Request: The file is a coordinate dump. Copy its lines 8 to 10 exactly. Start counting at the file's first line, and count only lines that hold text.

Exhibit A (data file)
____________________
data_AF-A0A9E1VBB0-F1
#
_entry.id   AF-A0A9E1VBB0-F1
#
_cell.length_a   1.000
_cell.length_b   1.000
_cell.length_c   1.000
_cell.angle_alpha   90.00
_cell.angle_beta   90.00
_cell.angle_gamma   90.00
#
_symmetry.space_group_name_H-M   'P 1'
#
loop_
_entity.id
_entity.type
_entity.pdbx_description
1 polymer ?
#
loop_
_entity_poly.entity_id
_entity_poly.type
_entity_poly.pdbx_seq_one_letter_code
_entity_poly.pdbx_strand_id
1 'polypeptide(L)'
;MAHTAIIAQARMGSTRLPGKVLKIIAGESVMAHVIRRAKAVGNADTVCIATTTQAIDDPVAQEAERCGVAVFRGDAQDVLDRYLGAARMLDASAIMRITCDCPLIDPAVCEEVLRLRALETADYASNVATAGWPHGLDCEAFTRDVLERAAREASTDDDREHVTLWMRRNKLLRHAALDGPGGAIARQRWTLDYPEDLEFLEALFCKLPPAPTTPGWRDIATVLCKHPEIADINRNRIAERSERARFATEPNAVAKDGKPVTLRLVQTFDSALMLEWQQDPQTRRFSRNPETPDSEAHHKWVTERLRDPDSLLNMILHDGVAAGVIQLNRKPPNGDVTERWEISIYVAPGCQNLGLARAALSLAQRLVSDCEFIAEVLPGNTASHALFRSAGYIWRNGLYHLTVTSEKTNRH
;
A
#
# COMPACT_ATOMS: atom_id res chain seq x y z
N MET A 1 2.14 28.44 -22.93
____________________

_cell.angle_alpha   90.00
_cell.angle_beta   90.00
_cell.angle_gamma   90.00